April 1, 2008

After radiusing the top, I left the guitar on the 30′ dish and started the block plane process of bringing down the back sides to the 15′ radius (roughly). I taped the approximate depth on each side so not to over plane. I was very nervous about the planing as I have never performed this step. I took my old trusty Stanley block plane and cleaned it up and used my new Japanese wet sharpening stone to put a fine edge. This did the trick and the planing went very well. Using the 15′ dish to check for daylight, I continued to plane until I got it just so. Radius sanded (and the superglue fix to the sides at the end block held firm) to prepare for kerfing.

Spruce kerf for the top, mahogany for the back. I also had the lame idea to use scrap from my headstock to make side braces, but the material proved to be too brittle and broke when I tried to sand. Reverted to using spruce stock from my bracewood block.

Used the bandsaw to cut out bracewood blanks. I had a 15′ radius pair of spruce for X-bracing from my last kit that I used for the X-bracing for the top. Did a lot of presanding the top braces and installed as I went along. The photo shows some of the bracing installed in preparation for the bottom bout braces.

I stumbled across a piece of scrap marble at a stone supply place in Georgetown, free. It’s 1′ x 2.5′ which I will use to mount sandpaper for fine sanding of the remaining braces, and for a surface to apply frets to the fretboard. I’ll also sharpen up my finger plane for final brace shaping. (April 10, 2008)

Worked in the end piece, maple, and was very careful this time as my last guitar got whacked with my saw and left dimples. Used the sandpaper under the fence block and sawed on the inside, knowing when the saw slipped it would gouge the side wood which was going to be removed. Worked like a charm. Chiselled out the rosewood in the direction toward the wide end so as not to flub into the finish rosewood. Glued (using the LMI glue, as this will accept finish, and the recommended finish isn’t compatible with Titebond) in the wedge, tapped it flush from the wide side, and it appears to be a rock solid fit.

Finished bracing the top, and I got overzealous with shaping the braces with the bandsaw, and I think I have a monster shaping and sanding task ahead. Yikes.

April 13, 2008

I’ve put a long weekend into construction. A word of wisdom here. Top braces shouldn’t be band sawn so deep. I’ve left very little to work with. Also, I mounted the back braces before sanding down all 4 sides nicely. Even though it worked out really well to mount the back braces in their square shape, then shape them down with the finger plane, I should have really smoothed them up before gluing down.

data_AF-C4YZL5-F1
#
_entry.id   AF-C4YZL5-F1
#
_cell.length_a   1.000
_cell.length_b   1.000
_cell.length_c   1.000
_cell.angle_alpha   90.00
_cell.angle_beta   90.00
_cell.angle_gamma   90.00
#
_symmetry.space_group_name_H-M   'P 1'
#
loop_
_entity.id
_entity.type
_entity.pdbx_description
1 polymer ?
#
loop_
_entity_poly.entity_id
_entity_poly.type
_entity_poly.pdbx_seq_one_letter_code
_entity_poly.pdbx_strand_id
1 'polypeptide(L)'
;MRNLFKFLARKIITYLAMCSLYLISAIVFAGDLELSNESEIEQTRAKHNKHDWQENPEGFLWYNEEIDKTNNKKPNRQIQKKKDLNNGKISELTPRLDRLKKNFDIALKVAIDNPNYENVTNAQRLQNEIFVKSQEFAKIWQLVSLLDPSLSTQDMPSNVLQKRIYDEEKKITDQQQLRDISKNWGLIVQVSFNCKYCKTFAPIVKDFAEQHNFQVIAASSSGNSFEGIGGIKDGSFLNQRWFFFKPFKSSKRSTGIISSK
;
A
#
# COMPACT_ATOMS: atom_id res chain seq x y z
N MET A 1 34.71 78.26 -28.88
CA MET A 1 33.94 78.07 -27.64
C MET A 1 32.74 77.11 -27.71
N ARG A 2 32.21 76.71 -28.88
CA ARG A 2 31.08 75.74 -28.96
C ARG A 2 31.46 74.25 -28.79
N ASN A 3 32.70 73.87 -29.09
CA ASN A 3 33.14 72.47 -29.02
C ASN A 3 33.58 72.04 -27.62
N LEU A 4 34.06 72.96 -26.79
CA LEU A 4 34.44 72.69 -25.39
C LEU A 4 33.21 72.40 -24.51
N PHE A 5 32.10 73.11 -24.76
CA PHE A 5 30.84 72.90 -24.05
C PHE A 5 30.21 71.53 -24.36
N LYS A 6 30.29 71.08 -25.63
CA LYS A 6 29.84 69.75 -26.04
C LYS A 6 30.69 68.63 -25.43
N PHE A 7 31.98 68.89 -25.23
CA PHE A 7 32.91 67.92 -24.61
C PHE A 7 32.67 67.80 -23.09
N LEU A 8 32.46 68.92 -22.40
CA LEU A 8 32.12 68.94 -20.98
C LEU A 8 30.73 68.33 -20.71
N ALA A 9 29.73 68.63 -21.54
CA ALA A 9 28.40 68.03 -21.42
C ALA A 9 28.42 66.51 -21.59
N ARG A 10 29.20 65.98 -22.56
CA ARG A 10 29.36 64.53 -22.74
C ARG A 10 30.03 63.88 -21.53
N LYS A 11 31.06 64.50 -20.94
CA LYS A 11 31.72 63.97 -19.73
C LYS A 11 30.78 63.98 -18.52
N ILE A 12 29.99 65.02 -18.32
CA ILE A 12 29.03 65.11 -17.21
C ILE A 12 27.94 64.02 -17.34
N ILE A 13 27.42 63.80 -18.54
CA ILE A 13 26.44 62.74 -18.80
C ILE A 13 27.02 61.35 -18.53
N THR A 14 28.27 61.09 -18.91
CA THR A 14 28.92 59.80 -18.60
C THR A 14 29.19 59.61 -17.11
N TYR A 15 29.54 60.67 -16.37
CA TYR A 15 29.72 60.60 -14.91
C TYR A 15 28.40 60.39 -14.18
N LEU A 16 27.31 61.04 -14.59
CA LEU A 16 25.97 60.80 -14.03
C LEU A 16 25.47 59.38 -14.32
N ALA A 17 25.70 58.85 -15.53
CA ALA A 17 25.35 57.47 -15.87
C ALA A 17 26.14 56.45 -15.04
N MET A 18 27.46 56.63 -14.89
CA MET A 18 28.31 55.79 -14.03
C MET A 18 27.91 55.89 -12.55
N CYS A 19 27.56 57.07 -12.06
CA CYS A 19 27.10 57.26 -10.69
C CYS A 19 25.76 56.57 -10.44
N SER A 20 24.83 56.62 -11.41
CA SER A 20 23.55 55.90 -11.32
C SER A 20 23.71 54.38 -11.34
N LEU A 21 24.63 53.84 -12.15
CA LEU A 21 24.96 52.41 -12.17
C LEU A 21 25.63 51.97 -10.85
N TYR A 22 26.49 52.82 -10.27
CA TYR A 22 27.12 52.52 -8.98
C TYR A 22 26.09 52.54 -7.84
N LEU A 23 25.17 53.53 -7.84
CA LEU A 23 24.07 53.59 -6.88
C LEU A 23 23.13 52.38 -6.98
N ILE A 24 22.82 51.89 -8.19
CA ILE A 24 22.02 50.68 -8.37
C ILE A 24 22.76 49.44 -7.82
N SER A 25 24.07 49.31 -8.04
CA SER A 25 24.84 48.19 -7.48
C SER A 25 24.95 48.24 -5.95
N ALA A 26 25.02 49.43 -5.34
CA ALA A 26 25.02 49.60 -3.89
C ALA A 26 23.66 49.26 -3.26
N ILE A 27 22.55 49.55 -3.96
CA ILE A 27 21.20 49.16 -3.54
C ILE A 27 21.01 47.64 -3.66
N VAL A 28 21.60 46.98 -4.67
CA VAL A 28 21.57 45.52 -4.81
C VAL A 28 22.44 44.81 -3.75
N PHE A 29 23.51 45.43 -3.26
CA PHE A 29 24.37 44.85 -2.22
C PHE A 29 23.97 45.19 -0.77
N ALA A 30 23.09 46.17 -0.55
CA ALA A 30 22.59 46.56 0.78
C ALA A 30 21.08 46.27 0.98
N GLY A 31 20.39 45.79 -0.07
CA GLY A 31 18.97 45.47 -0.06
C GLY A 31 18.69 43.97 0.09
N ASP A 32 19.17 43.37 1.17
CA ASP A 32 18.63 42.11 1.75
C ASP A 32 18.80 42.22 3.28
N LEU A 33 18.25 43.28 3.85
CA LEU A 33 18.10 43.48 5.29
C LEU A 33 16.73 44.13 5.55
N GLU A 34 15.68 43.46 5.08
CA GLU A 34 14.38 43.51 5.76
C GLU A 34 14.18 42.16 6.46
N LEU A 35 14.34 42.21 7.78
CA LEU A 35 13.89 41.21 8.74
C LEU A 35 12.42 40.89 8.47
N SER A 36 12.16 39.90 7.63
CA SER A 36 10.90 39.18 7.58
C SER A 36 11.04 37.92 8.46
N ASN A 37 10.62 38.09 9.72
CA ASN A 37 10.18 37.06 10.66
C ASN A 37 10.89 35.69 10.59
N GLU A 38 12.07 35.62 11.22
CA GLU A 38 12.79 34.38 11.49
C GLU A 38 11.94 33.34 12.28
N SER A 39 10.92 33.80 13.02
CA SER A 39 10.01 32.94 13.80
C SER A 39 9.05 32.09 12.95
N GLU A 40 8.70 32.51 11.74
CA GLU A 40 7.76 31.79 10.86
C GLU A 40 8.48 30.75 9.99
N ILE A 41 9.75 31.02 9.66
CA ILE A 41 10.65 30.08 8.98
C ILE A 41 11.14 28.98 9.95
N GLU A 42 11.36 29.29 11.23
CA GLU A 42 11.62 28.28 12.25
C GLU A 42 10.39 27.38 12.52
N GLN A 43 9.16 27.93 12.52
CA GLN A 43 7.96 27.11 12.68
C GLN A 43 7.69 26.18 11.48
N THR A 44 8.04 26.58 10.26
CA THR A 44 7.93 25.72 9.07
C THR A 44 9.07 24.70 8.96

I used the method of gluing down the back center strip then gouging out the space to accept the braces, but I still gouged too much, leaving space between the back braces and the center strip. This is a cosmetic problem, but I’ve got to be more accurate.

I was very pleased with the final shaping of the back braces. I used a sharpened finger plane to round and the curved chisel to trim the ends down to the tapered end, the thickness of the back. I was lazy and in order to use less back brace wood, ended up leaving the brace lengths a little short. It manifested itself only on the top brace where one side wasn’t long enough to pass into the kerfing of the back. I also didn’t gap the slots in the kerfing to accept the back braces very well, leaving some messy openings. I will fill those gaps with epoxy and some mahogany dust, but next time around I should get them right the first time, by gapping too small and working to the full but snug width.

Bought some poplar slats and cut them down to use as go bars. This was a good attempt, but I’m not sure the poplar was the right choice. I ended up cutting them in two lengths to accommodate the varying height of the guitar box from longer at the neck end to shorter at the bottom end. I cut them about ½” longer than the gap between the back of the guitar mounted on the sides and the top of the go bar roof. Still I had some too short, and snapped a few, and they stayed warped after I used them, telling me they might not be the right material.

I cut a back shaped caul out of masonite with the center removed to accommodate the back bulge. I dry clamped for a test run and made sure no daylight between the sides and the back. Not 100% on center with the back, as there was some non centered end block issues. Did my best to center the back purling with the center of the maple end wedge and the neck block/meeting of the sides, so I think externally it will be right, but the end block may be a little off center inside. You’ll never know.

Removed the go bar clamps, checked the inside, and everything looks copacetic. Flush routed the back to the sides, and radius sanded the top in preparation for gluing the top down. I still need to figure out how I’m going to recover from over sanding the neck block on the top side. I’ll need to either open the slot deeper or take some material off the neck. And…I’ll have to relocate or open up the holes for the truss rod adjust and the neck bolts. Yuck.

The amazing overzealous bandsaw method of brace preparation. Take a look at brace #3 (right top side brace) to see sharp angle left from band saw shaping. I will have a lot of work to get these looking good, let alone keeping enough material to ensure good top bracing. Maybe I’ll stumble upon the definitive sound. I’ll shape and sand the braces before installing the bridge backing. Before gluing the top, I will cut out the side wood covering the neck slot.